The current field of MotoGP riders may only be less than a season into the first year of their contracts, but the opening salvos of the 2021 season are already being fired. That is a direct consequence of almost the entire grid being on two-year deals, which run through the 2020 season. Every seat on the grid will currently be up for grabs in 2021. And because of that, teams, factories and riders are already starting to explore their options for the next season but one.
This is not something teams are particularly happy about. Team managers will grumble both on and off the record that it is a big gamble choosing riders basically on the basis of their performance two seasons before they are due to ride for you. Fear of missing out on a top rider forces their hand, however, and so teams are already making preliminary approaches about 2021.
The extreme and unusual situation of every single seat being up for grabs means that Moto2 riders are also delaying their plans. Most have only signed 1-year deals for 2020, knowing that so many options are opening up in 2021. Remy Gardner even turned down a chance to move up to MotoGP with KTM for 2020, preferring to wait for 2021 and hope for many more options then.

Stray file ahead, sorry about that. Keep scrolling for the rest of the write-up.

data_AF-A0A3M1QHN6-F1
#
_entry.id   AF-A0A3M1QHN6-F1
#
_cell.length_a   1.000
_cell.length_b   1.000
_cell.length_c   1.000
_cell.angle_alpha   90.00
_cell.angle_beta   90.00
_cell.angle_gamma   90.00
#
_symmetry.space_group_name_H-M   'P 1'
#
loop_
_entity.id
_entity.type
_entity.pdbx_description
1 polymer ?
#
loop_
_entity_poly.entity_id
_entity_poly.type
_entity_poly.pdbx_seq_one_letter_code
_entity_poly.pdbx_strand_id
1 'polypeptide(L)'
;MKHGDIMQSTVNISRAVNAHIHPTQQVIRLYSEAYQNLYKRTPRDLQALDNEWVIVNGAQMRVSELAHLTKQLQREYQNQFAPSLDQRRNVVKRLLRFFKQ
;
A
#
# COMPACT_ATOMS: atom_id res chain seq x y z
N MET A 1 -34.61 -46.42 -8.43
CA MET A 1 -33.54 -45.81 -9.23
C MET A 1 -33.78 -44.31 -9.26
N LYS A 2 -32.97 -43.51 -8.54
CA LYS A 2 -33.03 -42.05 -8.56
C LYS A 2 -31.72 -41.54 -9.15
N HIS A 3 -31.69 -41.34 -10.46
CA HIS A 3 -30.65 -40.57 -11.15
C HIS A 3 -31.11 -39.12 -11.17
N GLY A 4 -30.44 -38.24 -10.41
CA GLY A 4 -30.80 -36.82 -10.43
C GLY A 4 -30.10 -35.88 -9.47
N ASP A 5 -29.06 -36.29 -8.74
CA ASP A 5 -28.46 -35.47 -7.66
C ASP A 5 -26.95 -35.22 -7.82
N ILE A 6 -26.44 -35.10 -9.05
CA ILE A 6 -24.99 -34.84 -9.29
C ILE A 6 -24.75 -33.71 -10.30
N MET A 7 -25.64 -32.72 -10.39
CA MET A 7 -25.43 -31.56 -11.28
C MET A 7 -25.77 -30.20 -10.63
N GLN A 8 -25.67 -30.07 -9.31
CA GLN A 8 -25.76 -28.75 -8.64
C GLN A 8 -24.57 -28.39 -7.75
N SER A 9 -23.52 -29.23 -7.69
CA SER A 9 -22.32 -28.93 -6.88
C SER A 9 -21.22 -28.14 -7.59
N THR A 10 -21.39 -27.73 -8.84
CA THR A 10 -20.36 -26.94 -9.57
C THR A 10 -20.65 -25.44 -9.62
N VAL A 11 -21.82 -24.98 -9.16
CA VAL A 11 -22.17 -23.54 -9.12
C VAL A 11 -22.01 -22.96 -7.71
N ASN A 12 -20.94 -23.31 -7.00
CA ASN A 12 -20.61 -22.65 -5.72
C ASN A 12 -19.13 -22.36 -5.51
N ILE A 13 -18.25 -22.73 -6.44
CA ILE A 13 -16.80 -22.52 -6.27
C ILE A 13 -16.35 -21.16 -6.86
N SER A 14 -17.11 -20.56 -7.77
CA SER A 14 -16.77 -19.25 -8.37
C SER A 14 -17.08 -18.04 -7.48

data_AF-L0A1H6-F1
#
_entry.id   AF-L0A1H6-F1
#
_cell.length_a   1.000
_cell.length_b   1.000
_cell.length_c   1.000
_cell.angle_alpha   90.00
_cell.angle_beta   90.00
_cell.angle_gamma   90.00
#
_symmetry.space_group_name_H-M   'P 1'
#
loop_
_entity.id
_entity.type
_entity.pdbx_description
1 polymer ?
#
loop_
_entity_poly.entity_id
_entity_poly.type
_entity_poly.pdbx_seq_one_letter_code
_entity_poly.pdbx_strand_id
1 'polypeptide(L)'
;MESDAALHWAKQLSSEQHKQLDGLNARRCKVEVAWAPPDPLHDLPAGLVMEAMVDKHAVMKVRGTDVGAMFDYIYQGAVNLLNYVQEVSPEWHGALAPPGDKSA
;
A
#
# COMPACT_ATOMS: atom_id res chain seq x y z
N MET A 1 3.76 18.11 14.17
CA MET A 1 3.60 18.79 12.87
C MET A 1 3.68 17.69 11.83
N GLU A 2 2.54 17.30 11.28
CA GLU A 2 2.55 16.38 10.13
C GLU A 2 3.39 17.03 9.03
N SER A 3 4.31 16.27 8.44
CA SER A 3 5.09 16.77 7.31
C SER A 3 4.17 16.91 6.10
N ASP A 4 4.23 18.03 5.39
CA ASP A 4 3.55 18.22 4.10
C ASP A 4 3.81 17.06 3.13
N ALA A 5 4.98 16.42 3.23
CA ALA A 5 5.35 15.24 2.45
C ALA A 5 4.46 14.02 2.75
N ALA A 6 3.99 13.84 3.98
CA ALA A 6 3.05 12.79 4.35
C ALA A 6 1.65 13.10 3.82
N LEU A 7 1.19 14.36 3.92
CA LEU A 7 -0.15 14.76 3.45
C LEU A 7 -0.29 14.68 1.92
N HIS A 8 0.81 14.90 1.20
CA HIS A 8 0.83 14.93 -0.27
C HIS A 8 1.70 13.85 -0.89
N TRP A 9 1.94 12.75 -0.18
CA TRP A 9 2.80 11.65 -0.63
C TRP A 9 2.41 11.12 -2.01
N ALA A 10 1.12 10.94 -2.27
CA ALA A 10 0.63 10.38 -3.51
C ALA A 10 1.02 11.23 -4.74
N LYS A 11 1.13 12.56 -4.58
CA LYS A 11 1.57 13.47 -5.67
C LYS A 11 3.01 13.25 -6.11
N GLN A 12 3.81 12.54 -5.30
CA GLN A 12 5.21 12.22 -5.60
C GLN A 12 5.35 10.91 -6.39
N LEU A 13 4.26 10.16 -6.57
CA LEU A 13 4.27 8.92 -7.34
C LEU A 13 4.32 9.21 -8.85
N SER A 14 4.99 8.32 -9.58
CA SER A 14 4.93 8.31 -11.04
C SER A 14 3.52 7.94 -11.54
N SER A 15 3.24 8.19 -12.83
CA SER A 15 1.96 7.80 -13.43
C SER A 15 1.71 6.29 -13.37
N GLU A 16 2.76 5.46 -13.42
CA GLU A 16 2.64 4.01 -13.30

KTM came into MotoGP with big ambitions. At the presentation of their MotoGP project at their home Grand Prix in Austria in 2016, KTM CEO Stefan Pierer was clear: "For sure we will face a learning curve when we go into a segment but we will reach the podium and the dream of my life is to be world champion in MotoGP." The learning curve has been steep indeed, but in two-and-a-half seasons, the KTM RC16 has gone from the back of the grid to closing in on the top five.
Is that fast enough for KTM? At Silverstone, I spoke to Sebastian Risse, KTM's MotoGP Technical Director, about the progress of the project and the lessons learned along the way. He was open about the toughness of the challenge, the highs and lows along the way, and the development trajectory of the bike.
The interview covered a lot of ground, including the benefits of having four riders in stead of two, the role played by Dani Pedrosa, and the process by which the feedback from riders is turned into a MotoGP machine.
The interview is in two parts. To kick off the first part of the interview, I wanted to get an old question out of the way which has been discussed many times. Would KTM be sticking with a steel trellis frame and WP suspension?
Sebastian Risse: Basically this is something outstanding, something different compared to our competitors. Historically we have a lot of experience with steel frames. Every class we conquered as KTM. Basically we finally conquered with the steel frame. So we learned how to use it for various very different applications, how to achieve different targets. We don’t see any point at the moment where we restrict ourselves in using it. In the other hand, we want to use it as our strong point because we know how to handle this material. We have the process. We are quick in making, modifying, updating. We would also give up on this if we would start something with a different material.
Few people are involved in as many different aspects of MotoGP as Razlan Razali.
The Malaysian is not only Principal of the Petronas-backed MotoGP, Moto2, and Moto3 teams, but CEO of the Sepang Circuit and helps with management duties for the likes of local star Hafizh Syahrin.